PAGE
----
September 11, 2020

Big Read program goes virtual, brings ‘Spinning Silver’ to local readers

Purdue University’s Department of English is partnering with West Lafayette and Tippecanoe County public libraries in its Big Read program to bring Naomi Novik’s “Spinning Silver” to local readers through virtual programming.

“Spinning Silver” is a fantasy novel that re-envisions the fairy tale “Rumpelstiltskin,” interweaving it with Jewish, Russian and eastern European folklore. The novel tackles topics ranging from legacies of Jewish emigration and European anti-Semitism to coming of age, romance, the ravages of poverty and more in an engrossing fantasy world.

“Spinning Silver” was a finalist for the Nebula and Hugo awards and won the Mythopoeic Award. Novik’s work has been described by The New Times Book Review as “a perfect tale … rich in both ideas and people, with the vastness of Tolkien and the empathy and joy in daily life of Le Guin.” Novik is the New York Times bestselling and fantasy award-winning author of “Uprooted” and the historical fantasy “Temeraire” series.

Copies of “Spinning Silver” are available at all local libraries and bookstores, and the Big Read calendar of events is online. The program, running Sept. 16 through Nov. 12, will proceed in a virtual format this year. The schedule currently includes Twitter watch parties, lectures, writing workshops and trivia nights.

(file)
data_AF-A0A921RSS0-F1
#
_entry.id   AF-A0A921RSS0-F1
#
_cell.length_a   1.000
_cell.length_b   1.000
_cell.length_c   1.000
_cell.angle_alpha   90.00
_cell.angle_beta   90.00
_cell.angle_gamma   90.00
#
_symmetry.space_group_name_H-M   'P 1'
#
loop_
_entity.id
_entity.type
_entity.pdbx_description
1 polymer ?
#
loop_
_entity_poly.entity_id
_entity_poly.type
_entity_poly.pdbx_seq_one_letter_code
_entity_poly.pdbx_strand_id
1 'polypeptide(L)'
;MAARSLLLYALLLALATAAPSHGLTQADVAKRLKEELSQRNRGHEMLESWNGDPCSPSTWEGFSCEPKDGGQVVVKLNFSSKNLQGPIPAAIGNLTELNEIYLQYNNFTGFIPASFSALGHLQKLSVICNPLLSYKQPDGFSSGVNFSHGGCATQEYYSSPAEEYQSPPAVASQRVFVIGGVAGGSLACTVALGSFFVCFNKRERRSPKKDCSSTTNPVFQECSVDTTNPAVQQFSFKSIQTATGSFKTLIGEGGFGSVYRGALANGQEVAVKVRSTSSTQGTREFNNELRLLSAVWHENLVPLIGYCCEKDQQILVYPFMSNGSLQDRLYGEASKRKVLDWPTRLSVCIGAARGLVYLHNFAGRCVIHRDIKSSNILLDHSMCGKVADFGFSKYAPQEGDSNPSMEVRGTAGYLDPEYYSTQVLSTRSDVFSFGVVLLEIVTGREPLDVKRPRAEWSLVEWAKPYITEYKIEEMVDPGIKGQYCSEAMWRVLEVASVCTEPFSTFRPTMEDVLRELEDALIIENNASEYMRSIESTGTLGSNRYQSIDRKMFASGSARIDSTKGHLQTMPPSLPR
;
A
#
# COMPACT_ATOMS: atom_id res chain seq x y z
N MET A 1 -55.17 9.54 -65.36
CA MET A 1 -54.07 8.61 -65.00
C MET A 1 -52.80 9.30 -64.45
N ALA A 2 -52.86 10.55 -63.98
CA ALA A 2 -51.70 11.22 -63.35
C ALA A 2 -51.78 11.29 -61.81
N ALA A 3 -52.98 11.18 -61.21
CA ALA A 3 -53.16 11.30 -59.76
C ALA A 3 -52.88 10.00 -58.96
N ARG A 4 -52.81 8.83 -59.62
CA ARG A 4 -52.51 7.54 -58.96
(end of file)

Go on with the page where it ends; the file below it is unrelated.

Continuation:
The English department’s Big Read, now in its fourth year, is designed to enrich Purdue and Greater Lafayette through literature. Each year, the department selects a book and creates a calendar of engaging events, including lectures, book group discussions, performances, workshops and author visits. Free copies of the text will be provided this fall to college and high school students, public and community college libraries, lifelong learning organizations and local residents. In the last four years, more than 5,000 books have been distributed. Studies show that book ownership contributes to academic achievement, educational attainment and economic development.

This year’s program is funded by private donors and a grant from Indiana Humanities in cooperation with the National Endowment for the Humanities.

Writer: Christy McCarter

Faculty-Staff News

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